If schools are serious about learning, sharing with families should value process not product.
To reflect this, we need to showcase more of the ‘almost there.’ Parents and children coming together, should not only be passive interaction where parents listen to a presentation of what has come. But problem-solving and posing about what might have been.
What does a ‘maker’ exhibition look like?
This group of children have, planned their idea and have their materials organised. But nothing’s finished and the parents are about to walk through the door…
This child is showing parents how to put together a circuit. She’s using tinfoil tape because she knows it conducts.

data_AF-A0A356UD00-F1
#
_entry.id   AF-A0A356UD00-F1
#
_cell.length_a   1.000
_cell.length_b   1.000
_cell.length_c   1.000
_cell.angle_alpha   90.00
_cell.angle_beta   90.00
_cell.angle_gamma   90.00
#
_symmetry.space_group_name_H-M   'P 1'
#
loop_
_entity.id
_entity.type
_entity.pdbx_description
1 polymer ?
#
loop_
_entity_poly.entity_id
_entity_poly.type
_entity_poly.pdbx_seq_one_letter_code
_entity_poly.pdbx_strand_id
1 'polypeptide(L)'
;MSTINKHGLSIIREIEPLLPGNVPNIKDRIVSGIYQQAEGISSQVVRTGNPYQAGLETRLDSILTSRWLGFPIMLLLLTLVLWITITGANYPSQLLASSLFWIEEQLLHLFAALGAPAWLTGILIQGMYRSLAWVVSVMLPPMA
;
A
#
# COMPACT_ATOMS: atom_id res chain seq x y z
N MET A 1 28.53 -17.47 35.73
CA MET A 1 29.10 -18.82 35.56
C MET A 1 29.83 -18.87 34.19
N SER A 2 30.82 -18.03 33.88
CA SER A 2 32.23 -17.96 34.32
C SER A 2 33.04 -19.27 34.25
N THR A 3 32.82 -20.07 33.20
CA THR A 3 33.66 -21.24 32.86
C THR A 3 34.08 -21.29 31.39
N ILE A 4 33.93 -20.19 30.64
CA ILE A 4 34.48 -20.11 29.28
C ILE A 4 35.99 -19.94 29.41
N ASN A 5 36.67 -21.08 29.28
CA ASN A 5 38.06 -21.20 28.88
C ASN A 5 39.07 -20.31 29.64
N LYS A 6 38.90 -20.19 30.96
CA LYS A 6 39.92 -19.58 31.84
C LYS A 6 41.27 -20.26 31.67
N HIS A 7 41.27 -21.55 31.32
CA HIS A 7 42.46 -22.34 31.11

This child is showing off scratch, so that the cardboard guitar in the background can play.
This group chose marshmallows but were nervous that they hadn’t used this particular material before. They thought that the squishy inside must mean there was some water inside for the electricity to conduct. They weren’t worried because they had a back-up plan if their marshmallow didn’t pass the test.
This group made a prototype the day beforehand and is using this to guide them in the making process.
Through this process the children learned:
- To make decisions about what they need and organise their own equipment
- To think about how they know what they have learned
- To take risks and troubleshoot potential problems
- To communicate a process so others can follow it
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